There are those who swear by necklaces made from Baltic amber beads as a natural way to alleviate the pain and discomfort of teething in their children. But science doesn’t back up any of the claims of the amber teething necklaces’ manufactures, sellers, or users.
While some may see this as a matter of personal opinion, there are real dangers to using amber teething necklaces and I do not recommend them.
Do the necklaces really work?
The makers and sellers of the necklaces claim the amber beads, which have been used for centuries to relieve pain and inflammation, work by releasing the therapeutic succinic acid when warmed by body heat. This claim has never been substantiated by a medical or natural therapies board. There are no academic or peer reviewed papers that provide evidence of such claims and amber is not included on Australian Register of Therapeutic Goods; a register which comprehensively covers almost 70,000 natural therapies approved for sale in Australia.
In fact, biologically, it would impossible for a baby’s body heat to realise the succinic acid from the amber resin, and even if it were the dose would not be enough to have a therapeutic effect.
Despite the lack of real evidence the amber beads have any effect on the body whatsoever, anecdotally, many families report seeing an improvement in the symptoms of teething when using the necklaces.
Why do so many people use them?
Teething, itself, is sometimes considered to be an ailment that doesn’t exist in the way it is perceived by most parents. As we can’t ask babies what they are feeling we rely on our observations of changes in our baby’s behaviour and attitude. I believe the amber necklaces serve as a placebo for the parents. While teething can cause discomfort it is often blamed for a variety of baby behaviours and symptoms that are probably unrelated. A baby who is grumpy, drooly, lacking appetite, sleeping poorly, becoming clingy, mouthing toys, grinding teeth, etc is said to be teething when they may be displaying perfectly ordinary baby behaviour.
Once the amber necklace is being used by a suggestive parent who expects or hopes it will alter their baby’s behaviour and experience, the placebo effect begins to work. Once you are no longer expecting to see teething pain you no longer unconsciously ascribe it to everyday behaviours.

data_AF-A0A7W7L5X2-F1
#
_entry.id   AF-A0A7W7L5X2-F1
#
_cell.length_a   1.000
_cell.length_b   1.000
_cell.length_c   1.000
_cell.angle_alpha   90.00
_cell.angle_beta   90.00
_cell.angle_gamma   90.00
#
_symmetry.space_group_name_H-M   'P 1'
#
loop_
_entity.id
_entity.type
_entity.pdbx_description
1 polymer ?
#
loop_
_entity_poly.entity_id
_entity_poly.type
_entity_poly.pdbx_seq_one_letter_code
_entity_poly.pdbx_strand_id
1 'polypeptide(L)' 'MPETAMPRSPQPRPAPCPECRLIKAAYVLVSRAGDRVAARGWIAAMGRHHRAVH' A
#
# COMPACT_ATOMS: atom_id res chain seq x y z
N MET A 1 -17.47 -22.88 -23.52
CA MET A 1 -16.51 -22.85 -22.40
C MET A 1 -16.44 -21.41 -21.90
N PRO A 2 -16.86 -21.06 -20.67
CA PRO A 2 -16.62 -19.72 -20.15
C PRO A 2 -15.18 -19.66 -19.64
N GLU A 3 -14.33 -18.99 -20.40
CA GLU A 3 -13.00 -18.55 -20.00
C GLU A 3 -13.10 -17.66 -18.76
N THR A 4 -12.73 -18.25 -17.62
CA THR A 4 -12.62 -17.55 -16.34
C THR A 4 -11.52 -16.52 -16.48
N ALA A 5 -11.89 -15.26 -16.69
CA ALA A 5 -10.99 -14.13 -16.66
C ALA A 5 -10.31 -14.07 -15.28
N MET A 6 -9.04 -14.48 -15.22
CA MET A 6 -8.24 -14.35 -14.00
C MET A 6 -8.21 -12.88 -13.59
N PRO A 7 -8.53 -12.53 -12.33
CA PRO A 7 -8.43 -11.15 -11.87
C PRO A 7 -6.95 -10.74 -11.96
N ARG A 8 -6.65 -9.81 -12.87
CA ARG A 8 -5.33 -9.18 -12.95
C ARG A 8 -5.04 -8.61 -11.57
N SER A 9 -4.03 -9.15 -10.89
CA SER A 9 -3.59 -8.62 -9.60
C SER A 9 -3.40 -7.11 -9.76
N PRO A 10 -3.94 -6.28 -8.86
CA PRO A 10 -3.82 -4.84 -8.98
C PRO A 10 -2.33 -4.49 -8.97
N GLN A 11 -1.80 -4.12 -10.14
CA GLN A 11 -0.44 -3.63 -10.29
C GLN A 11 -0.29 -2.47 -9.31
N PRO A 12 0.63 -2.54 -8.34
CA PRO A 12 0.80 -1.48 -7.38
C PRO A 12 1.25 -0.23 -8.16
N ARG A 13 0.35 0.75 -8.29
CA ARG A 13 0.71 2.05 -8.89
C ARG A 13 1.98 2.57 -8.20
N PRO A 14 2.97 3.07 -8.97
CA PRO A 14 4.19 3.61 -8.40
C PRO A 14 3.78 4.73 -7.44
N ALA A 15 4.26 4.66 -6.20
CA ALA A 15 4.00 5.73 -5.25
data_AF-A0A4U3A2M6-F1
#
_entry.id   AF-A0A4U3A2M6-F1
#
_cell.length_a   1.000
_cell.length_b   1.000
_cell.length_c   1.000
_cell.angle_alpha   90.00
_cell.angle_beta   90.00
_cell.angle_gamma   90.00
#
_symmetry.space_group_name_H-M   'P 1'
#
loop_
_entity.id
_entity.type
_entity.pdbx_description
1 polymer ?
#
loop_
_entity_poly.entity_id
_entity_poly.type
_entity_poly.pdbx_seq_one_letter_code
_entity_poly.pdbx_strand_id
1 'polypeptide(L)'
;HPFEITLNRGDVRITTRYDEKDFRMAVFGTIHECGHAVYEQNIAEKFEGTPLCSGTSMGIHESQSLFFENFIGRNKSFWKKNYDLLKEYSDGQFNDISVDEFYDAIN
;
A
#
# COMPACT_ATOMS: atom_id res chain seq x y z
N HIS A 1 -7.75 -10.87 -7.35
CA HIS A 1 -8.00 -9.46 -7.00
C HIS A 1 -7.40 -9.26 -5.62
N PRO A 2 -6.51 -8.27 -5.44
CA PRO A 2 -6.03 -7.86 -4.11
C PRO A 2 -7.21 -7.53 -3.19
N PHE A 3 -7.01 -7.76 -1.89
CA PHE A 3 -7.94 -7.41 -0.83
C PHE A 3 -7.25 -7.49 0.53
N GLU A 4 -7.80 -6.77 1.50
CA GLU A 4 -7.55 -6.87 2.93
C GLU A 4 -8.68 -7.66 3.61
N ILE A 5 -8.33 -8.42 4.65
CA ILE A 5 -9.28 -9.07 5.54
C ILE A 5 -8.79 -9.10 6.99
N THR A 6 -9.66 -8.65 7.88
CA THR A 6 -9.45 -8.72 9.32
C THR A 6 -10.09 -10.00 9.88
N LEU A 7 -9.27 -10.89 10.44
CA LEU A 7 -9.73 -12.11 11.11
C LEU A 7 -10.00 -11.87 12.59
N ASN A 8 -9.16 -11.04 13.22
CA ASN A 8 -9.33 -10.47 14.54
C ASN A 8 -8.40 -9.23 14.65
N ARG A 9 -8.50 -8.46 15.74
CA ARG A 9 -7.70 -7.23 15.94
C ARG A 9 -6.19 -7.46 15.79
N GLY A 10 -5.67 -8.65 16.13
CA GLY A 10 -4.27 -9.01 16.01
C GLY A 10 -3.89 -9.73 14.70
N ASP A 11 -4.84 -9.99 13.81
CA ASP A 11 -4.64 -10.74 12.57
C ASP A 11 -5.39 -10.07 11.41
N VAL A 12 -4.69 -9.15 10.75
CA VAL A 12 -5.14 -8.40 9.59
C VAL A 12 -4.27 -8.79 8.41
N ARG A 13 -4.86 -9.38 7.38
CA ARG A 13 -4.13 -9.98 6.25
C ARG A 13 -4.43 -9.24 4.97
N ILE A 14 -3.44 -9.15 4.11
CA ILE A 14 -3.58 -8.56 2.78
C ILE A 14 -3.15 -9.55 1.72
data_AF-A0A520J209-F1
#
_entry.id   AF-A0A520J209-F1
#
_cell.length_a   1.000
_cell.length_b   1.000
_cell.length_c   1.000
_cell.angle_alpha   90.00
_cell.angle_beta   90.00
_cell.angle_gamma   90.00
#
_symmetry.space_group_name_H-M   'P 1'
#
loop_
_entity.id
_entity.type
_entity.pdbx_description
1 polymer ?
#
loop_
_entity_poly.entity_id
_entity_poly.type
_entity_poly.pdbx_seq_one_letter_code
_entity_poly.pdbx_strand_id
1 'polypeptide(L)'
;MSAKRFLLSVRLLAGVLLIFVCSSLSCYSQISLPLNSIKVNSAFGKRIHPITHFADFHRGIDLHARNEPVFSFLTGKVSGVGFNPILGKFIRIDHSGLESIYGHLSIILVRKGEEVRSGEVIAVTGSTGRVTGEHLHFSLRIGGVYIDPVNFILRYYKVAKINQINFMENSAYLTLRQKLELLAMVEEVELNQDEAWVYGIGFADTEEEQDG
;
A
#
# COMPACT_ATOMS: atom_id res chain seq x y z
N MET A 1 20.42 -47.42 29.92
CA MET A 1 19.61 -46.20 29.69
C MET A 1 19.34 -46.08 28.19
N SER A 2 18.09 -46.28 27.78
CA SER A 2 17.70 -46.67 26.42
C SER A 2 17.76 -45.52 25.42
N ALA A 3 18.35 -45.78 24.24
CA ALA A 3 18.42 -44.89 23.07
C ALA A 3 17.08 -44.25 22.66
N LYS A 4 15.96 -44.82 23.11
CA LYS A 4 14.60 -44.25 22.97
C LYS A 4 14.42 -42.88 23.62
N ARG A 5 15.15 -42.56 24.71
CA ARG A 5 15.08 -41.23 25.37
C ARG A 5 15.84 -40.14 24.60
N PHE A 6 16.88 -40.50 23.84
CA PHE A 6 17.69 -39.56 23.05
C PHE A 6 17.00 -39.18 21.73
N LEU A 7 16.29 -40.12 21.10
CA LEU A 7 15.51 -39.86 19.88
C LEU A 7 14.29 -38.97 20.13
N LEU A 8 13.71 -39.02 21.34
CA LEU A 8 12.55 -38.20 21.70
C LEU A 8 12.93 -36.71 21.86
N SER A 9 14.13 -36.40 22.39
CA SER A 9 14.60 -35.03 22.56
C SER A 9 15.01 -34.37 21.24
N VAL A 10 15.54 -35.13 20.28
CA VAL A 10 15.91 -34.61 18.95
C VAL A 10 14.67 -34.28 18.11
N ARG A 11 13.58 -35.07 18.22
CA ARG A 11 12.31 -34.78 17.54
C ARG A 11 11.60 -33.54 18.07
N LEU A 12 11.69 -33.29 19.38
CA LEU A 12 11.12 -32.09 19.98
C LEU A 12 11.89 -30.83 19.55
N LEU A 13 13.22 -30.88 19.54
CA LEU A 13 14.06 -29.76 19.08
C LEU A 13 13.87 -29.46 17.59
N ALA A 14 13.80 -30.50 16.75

So, why shouldn’t I use the necklaces?
If the efficacy of the amber was the only consideration of the amber necklace, then it would be no harm for the placebo effect to continue to do its job. After all, there is much to say for placebos generating some real cures – the mind can be a surprisingly powerful aid to good health.
But the amber beads on the teething necklaces pose a real choking danger, as well as a risk of strangulation. The amber is soft enough to break under pressure and can too easily be dislodged from the necklace and swallowed. Babies who wear the necklace when lying or rolling, both awake and when sleeping, can strangle themselves.
Parliamentary Secretary to the Treasurer, David Bradbury has issued a warning notice to the public in relation to amber teething necklaces. The recommendations are that the necklaces ideally not be used at all. But if you do use them, it’s crucial:
- That you use the necklace only when you are watching your baby
- That you never allow them to put it in their mouths
- And that you never let them sleep or lay down with it on
Given that there’s no evidence amber teething necklaces work, and that they pose a possible danger to your child, my recommendation is to consider using other tested, approved, and safer methods of teething relief instead.
Brigid is a career nanny with over 15 years experience working with children and babies. She is dedicated to the care of infants and the very young, and the support and guidance of their parents and families. After having been integral in the care and raising of hundreds of children she has seen plenty, learnt a lot, and shares as much as she can.